One key recommendation is expanding the major transit stop density allowances. The middle housing law requires cities apply a higher density allowance at least a quarter-mile from a major transit stops, but the guidance suggests expanding this to a half-mile. Expanding the distance would be consistent with provisions eliminating off-street parking within a half-mile of a major transit stop. The guidance also explicitly suggests “permitting transit-oriented densities, multifamily housing, and a variety of non-residential uses.” A major transit stop, by the way, is defined as any stop serving rail transit (i.e., light rail, commuter rail, streetcar, and monorail), aerial gondola, bus rapid transit, trolleybuses, or any other transit funded and expanded by Sound Transit.

To demonstrate the breadth of middle housing, Commerce had various types modeled, including some sixplex mockups. (Opticos Design / Commerce)

A second key recommendation is to exempt middle housing from car parking mandates. Commerce goes to great length to illustrate the high cost of car parking and the counterproductive nature of car parking to urban environments. At the very least, Commerce suggests fully eliminating car parking mandates for new middle housing, conversions of structures to middle housing, and affordable housing everywhere. Another suggestion is to allow on-street parking to count toward off-street parking requirements.

A third set of key recommendations is around bulk regulation flexibility. To allow for a little more building height reaching toward four stories, the guidance suggests that cities allow a five-foot height limit bonus for pitched roofs. Other bulk regulations like setbacks, floor area ratio, and lot coverage should be less stringent, the guidance says, to support more density, design options, and less costly housing types.

Some other recommendations include:

  • Using specific exemptions under the State Environmental Policy Act to increase building capacity. Several statutory laws and administrative rules are cited as examples to accomplish this.
  • Offering density bonuses for cottage housing. Commerce says that cottaging housing units should only be counted as half a unit when calculating density limits, essentially offering a two-for-one bonus.
  • Increasing the number of lots that can be approved through a short subdivision, a streamlined lot creation method. State law requires that cities allow at least four lots in a short subdivision, but cities can authorize short subdivision approval process to permit up to nine lots. The middle housing law technically requires Tier 1 cities to allow for short subdivision of six lots. Commerce further recommends streamlining preliminary review and final subdivision (plat) processes as provided for in state law.
  • Allowing larger missing middle housing, that is between seven and 20 units like courtyard apartments, in areas “near transit, commercial services and job centers, and other amenities.” The guidance also suggests consideration of point access block (single-stair) structures as contemplated in Senate Bill 5491.
  • Allowing middle housing on regulated critical areas in the same way as other development. The middle housing law exempts lots with any statutorily defined critical areas from middle housing requirements. Lots with only a small portions of a wetland buffer or slightly steeped slopes falling on them are common in cities and usually still accommodate dense urban housing on them, so cities allowing middle housing development on them would be consistent with the prevailing paradigm.
  • Measuring walking distances from major transit stops could be accomplished in several ways, depending upon local considerations. Commerce suggests deciding whether to start measuring from the center point of a major transit stop or the outer bounds of it and then measuring by using a simple radius or doing detailed pathfinding to determine the “walking distance.”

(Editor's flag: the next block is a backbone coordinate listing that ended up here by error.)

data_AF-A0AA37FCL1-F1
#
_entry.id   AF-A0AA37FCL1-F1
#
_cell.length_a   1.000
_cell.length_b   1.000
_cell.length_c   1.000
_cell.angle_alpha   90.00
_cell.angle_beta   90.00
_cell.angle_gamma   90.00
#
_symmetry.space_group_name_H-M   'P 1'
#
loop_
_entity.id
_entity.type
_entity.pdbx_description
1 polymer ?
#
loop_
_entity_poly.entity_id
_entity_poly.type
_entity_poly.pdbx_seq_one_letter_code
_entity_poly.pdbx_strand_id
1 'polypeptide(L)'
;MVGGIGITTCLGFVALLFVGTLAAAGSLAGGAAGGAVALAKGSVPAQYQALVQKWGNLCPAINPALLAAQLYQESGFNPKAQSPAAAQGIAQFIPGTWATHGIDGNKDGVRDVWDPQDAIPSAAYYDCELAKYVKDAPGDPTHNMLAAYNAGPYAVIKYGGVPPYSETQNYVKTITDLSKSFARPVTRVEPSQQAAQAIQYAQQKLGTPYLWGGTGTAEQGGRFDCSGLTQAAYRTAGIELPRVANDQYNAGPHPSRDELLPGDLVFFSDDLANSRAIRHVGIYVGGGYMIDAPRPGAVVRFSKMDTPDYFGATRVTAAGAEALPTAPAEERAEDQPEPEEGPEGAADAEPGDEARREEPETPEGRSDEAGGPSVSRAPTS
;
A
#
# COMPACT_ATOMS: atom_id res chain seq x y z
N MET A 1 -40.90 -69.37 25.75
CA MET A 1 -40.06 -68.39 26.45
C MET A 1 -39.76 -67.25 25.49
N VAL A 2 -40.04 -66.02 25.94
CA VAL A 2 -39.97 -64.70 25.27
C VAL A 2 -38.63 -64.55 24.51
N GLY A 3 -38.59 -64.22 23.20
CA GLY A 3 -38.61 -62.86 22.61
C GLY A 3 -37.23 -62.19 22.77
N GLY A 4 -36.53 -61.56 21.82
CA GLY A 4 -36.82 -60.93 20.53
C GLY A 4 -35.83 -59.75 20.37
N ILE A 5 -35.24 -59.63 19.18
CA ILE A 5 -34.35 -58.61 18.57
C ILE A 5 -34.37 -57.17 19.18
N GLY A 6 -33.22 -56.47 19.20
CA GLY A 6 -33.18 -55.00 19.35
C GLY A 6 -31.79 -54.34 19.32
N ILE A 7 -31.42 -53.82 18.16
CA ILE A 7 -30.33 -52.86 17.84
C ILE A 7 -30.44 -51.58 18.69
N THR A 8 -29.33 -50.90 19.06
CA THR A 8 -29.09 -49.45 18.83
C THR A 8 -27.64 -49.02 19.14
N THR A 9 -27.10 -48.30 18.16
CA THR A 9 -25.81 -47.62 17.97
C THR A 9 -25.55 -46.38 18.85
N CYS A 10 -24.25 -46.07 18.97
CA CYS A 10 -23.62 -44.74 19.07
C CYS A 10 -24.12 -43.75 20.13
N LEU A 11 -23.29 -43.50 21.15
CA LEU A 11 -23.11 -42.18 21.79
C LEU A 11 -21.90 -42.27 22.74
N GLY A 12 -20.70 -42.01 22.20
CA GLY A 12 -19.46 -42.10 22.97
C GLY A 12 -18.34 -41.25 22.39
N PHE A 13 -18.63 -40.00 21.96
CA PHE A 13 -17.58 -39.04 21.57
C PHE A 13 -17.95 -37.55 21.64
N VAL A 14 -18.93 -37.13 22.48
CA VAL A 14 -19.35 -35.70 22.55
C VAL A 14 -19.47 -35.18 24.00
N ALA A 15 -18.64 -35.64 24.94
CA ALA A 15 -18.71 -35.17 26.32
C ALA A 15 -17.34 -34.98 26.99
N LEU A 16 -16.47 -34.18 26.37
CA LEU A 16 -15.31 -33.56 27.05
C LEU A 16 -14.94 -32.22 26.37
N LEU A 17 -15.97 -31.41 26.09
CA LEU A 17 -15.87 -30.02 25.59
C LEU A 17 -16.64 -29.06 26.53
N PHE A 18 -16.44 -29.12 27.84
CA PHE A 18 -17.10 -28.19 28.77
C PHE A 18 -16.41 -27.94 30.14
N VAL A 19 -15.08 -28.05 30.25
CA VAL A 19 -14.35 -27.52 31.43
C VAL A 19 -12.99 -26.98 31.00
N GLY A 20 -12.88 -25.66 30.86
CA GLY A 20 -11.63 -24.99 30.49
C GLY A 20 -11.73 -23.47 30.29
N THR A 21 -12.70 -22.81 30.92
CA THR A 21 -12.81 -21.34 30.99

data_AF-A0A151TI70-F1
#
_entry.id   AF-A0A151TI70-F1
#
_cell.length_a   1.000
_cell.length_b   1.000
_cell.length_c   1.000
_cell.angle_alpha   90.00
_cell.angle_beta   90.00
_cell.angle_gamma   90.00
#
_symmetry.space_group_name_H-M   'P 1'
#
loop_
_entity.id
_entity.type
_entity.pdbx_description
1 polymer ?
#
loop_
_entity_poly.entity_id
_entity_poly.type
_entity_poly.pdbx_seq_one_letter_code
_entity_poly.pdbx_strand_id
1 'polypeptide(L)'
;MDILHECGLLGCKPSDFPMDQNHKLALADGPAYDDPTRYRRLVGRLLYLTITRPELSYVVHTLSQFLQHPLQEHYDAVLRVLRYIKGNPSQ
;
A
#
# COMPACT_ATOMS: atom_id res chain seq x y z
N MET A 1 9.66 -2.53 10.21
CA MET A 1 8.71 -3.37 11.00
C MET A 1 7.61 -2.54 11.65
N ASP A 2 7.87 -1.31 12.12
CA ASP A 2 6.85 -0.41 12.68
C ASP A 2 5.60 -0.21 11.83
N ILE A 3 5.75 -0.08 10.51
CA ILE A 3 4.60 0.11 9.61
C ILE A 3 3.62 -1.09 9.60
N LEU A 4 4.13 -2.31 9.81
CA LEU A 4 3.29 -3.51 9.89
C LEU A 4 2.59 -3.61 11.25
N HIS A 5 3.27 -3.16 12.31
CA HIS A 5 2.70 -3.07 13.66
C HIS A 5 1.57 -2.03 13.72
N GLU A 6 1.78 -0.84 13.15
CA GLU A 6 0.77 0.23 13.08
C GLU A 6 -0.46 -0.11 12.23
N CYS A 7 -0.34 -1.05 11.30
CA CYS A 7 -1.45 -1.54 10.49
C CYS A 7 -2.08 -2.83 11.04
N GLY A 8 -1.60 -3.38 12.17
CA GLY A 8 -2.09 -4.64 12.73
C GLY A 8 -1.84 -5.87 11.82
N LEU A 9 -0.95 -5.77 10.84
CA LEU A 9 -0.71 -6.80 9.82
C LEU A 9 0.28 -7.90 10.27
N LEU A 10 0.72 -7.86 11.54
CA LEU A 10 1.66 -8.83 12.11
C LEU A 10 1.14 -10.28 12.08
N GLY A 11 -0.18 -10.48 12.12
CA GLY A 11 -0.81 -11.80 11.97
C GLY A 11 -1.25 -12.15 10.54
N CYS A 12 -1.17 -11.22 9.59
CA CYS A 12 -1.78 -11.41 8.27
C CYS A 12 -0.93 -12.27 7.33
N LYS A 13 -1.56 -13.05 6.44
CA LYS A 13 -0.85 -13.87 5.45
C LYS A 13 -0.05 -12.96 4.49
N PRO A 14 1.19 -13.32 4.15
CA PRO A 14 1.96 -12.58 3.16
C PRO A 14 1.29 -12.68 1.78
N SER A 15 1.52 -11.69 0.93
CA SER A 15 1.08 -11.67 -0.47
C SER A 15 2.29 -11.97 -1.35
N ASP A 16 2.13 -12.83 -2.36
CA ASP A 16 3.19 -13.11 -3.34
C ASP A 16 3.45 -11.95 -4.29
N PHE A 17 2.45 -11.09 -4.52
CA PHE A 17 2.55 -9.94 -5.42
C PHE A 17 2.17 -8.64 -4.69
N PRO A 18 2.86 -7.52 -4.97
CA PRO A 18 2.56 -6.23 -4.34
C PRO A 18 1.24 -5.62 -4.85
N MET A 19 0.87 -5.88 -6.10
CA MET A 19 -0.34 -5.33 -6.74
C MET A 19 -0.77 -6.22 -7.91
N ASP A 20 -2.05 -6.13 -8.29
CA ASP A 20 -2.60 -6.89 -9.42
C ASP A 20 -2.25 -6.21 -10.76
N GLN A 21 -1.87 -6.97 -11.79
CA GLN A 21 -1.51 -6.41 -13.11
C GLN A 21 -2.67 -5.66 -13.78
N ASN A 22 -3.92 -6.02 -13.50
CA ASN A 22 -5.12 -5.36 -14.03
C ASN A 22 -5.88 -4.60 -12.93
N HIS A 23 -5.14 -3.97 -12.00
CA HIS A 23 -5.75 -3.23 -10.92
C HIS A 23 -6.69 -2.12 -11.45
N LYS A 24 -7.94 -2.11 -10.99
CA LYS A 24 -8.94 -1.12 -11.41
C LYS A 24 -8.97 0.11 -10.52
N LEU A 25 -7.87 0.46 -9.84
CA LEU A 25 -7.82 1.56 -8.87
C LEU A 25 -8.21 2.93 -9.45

The middle housing law does have several quirks that Commerce touched on, including how it deals with accessory dwelling units and with affordable housing requirements.

“A city may allow accessory dwelling units to achieve the unit density required in subsection (1) of this section,” the law states in part. Commerce says that cities can choose to make accessory dwelling units count for the purposes of unit density provisions, but the degree to which that might impact the law’s effect remains to be seen.

A graphic shows larger middle housing types with a caption that says "Restrictive zoning codes, incentives that favor building detached houses, inadequate financing options and condominium liability laws have made Middle Housing challenging to build." Also "Common barriers to middle housing" with text dispelling the myth: "Nobody wants that anymore. Since the 1950s, the single-family home has been marketed as the aspirational housing choice for everyone. However, the reality is that, due to changing lifestyles and household preferences, renters and homeowners want more diverse and attainable housing options." This project isn’t big enough” Multifamily development is often associated with large apartment buildings or subsidized projects built by speciality developers. Frequently, Middle Housing projects are perceived to be too small to be economically viable in many housing markets." We tried it and it didn’t work” and "You can't build that here"
A poster created as a companion to the new model code toolkit notes the barriers to missing middle housing. (Opticos Design / Commerce)

In certain cases, Tier 1 and Tier 2 cities must allow for certain levels of density provided that prescribed affordable housing contributions are made in a middle housing development. For instance, in a Tier 2 city outside of major transit stop area, four middle housing homes are allowed if one of those is affordable. The affordable housing requirement, however, would not apply to zoning for five or more middle housing units per lot.

All in all, Commerce provides a variety of policy guidance for local governments to consider and the model codes set a floor off of which cities can benchmark. But the final guidance and model codes could change, depending upon feedback received on the drafts. Commerce has an open comment period on the drafts through December 6. Finalized model code documents are expected to come early next year.

Article Author

Stephen is a professional urban planner in Puget Sound with a passion for sustainable, livable, and diverse cities. He is especially interested in how policies, regulations, and programs can promote positive outcomes for communities. With stints in great cities like Bellingham and Cork, Stephen currently lives in Seattle. He primarily covers land use and transportation issues and has been with The Urbanist since 2014.